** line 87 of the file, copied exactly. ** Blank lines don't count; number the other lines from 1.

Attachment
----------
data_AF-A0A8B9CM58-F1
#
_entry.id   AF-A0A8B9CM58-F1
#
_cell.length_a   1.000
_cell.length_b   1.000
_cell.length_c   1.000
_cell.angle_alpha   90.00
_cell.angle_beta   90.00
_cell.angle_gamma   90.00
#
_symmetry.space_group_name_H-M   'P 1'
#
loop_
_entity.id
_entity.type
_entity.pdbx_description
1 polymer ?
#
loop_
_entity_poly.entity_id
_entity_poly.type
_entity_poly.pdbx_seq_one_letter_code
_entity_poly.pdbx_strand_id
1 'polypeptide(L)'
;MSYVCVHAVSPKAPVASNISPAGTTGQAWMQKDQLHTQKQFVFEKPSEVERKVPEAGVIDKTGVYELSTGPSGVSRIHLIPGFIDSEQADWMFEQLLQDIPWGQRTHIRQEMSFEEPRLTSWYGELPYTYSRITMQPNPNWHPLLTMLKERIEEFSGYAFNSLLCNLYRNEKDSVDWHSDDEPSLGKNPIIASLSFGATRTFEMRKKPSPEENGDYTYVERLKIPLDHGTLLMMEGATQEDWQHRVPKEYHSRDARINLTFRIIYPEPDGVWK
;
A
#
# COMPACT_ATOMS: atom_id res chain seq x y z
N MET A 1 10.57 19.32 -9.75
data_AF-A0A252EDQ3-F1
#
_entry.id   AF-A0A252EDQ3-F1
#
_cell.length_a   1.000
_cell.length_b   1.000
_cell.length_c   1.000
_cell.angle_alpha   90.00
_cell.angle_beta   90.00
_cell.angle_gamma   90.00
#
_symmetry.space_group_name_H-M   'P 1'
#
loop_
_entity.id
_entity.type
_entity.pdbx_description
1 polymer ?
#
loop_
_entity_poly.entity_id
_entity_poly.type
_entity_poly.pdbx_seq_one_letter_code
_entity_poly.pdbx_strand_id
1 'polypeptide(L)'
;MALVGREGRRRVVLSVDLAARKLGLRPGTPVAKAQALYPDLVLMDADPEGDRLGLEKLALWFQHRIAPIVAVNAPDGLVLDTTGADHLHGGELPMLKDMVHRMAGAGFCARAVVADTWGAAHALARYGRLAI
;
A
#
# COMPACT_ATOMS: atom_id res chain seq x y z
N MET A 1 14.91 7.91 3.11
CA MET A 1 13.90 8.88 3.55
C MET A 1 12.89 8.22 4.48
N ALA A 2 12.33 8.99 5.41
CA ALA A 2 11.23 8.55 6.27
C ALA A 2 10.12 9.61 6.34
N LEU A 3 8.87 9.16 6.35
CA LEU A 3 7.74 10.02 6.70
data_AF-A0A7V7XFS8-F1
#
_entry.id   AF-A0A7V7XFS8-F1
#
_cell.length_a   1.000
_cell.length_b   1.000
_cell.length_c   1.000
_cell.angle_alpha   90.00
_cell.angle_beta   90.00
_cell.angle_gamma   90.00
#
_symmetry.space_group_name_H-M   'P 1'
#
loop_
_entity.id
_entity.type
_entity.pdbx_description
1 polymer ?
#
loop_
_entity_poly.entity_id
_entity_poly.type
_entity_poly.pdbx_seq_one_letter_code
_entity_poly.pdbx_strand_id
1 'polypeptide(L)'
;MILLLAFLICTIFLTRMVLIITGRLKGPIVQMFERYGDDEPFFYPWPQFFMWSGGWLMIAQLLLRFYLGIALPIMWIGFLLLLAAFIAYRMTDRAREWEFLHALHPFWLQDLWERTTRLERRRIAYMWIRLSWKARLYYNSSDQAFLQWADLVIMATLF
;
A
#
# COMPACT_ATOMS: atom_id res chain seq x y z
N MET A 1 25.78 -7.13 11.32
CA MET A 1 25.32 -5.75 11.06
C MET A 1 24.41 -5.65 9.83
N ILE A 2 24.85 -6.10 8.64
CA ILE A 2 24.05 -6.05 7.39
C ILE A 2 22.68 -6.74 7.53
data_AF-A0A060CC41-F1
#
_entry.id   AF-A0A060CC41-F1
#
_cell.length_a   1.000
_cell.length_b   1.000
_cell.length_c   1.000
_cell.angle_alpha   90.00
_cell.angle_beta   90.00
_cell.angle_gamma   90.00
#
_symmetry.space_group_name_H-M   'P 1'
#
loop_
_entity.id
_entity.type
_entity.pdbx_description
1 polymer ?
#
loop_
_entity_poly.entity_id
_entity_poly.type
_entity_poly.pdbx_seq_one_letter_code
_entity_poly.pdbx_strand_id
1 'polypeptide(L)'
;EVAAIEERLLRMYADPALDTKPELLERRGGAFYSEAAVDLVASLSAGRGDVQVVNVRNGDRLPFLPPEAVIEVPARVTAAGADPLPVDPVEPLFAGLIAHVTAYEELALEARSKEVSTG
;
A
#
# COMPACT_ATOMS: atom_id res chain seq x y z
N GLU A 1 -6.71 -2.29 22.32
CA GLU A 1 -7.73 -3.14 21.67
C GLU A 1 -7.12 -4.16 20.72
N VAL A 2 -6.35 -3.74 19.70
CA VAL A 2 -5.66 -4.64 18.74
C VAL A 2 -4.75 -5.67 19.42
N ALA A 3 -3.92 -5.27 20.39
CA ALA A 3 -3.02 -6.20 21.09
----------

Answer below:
1 polymer ?